csci3255 HW 5 and 6

csci3255 HW 5 and 6 - 1. Complete the arguments in Example...

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1. Complete the arguments in Example 5.2, showing that the language given is generated by the grammar. ( S abB , A aaBb , B bbAa , A λ ) We are forced to start with abB and then we must repeatedly generate an A using the second rule and a B using the third rule. This will end only when the fourth rule is used. Note that the use of the second and third rules can be simplified by combining them into the simpler rule B bbaaBba , which will generate ( bbaa ) n B ( ba ) n . But combining the third and fourth rules gives us bb λ a , or more simply, bba . Given the ab that is generated at the beginning, this leaves us with ab ( bbaa ) n bba ( ba ) n , where n 0 because we never actually have to use the second rule. 2. Draw the derivation tree corresponding to the derivation in Example 5.1. 3. Give a dervation tree for w = abbbaabbaba for the grammar in Example 5.2. Use the derivation tree to find a leftmost derivation. Leftmost derivation: S abB abbbAa abbbaaBba abbbaabbAaba abbbaabbaba 4. Show that the grammar in Example 5.4 does in fact generate the language described in Equation 5.1. Let’s not actually do that. The argument is long and cumbersome. Instead, let’s memorize this particular grammar, because it’s an important one. If you use the symbos ( and ) instead of a and b , then this grammar generates what is called the language of well-balanced parentheses, as you might find in C++ expressions, regular expressions, or any expression that uses parentheses in the normal manner. The reason this is the language of well-balanced parentheses is that every time you use the first rule you are nesting within a ’s and b ’s (or the corresponding left and right parentheses). Every a has a matching b to its right. The other production S SS, allows us to generate a series of two or more such expressions. This is exactly how we form well-balanced expressions. 5. Is the language in Example 5.2 regular? No. Because the bbaa groups much match the number of ba groups, which we know is not regular. S S S S λ b b a a a a S A b a B a b B b a a b A b b a λ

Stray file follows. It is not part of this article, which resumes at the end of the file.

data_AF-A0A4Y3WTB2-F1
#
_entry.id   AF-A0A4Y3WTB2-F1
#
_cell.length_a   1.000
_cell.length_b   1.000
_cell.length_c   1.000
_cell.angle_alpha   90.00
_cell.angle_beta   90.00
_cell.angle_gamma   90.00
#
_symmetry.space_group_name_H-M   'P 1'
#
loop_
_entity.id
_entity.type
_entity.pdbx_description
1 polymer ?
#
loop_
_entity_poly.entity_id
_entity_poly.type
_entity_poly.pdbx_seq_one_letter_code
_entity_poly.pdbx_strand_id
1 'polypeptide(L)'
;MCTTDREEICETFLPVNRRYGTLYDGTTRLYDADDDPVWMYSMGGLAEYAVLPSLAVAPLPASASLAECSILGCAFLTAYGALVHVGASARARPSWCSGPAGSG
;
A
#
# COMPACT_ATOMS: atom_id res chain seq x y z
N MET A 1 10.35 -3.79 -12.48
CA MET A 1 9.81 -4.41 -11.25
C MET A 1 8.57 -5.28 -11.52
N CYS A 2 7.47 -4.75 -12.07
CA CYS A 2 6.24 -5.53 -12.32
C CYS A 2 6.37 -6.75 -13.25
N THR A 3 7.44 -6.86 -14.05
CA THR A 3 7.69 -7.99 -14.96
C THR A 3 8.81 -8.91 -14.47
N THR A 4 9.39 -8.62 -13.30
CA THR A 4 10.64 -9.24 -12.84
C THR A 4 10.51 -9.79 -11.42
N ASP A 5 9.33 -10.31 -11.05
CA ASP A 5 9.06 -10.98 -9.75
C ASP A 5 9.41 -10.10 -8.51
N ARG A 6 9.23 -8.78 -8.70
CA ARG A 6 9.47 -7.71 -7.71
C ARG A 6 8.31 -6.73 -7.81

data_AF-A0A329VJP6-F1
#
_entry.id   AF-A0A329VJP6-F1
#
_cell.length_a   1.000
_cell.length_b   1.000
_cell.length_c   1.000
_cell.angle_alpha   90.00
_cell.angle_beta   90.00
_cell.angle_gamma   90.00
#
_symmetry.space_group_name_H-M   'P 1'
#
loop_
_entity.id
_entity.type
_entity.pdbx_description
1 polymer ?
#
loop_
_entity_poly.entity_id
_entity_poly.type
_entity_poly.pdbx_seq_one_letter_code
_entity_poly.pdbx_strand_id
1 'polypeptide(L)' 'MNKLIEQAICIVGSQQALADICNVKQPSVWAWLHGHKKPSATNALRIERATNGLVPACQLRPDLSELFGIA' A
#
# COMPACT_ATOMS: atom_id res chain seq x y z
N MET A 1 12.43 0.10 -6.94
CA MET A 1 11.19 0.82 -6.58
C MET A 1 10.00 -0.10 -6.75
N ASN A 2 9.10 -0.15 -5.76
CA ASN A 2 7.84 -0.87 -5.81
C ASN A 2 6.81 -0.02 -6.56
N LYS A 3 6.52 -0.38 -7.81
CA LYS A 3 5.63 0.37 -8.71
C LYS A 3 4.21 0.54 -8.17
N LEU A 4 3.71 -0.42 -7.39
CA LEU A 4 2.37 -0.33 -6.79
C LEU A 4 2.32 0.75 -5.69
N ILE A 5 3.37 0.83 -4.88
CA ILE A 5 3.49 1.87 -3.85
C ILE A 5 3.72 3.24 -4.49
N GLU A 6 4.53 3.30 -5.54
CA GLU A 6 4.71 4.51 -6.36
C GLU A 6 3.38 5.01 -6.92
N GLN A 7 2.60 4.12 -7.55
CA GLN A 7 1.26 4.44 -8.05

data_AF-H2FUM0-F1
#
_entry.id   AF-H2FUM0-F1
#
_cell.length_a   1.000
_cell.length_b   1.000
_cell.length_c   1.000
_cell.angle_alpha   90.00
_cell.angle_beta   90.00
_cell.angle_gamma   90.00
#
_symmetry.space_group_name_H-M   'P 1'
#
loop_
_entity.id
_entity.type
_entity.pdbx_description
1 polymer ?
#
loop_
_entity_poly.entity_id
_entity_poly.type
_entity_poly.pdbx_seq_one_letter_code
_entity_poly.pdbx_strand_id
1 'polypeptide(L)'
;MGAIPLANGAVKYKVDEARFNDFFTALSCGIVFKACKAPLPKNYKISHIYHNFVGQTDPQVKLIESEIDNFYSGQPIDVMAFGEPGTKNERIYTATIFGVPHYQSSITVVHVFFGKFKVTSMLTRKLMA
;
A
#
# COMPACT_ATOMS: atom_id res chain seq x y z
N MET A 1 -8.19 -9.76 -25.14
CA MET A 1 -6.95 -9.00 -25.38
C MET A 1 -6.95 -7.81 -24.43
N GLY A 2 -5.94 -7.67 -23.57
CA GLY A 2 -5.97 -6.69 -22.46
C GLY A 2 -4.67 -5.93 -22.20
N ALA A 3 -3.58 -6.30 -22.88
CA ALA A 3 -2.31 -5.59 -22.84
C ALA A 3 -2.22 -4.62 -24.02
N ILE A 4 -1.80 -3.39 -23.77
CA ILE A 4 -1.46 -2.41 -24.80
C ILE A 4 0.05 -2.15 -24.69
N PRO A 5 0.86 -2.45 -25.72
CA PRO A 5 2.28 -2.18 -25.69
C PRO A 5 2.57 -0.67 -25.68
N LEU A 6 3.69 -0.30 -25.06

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7. Find context-free grammars for the following languages with n 0, m 0. (Note: For the
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This note was uploaded on 05/07/2010 for the course COMPUTER S 138 taught by Professor Icamarra during the Spring '10 term at UCLA.

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csci3255 HW 5 and 6 - 1. Complete the arguments in Example...

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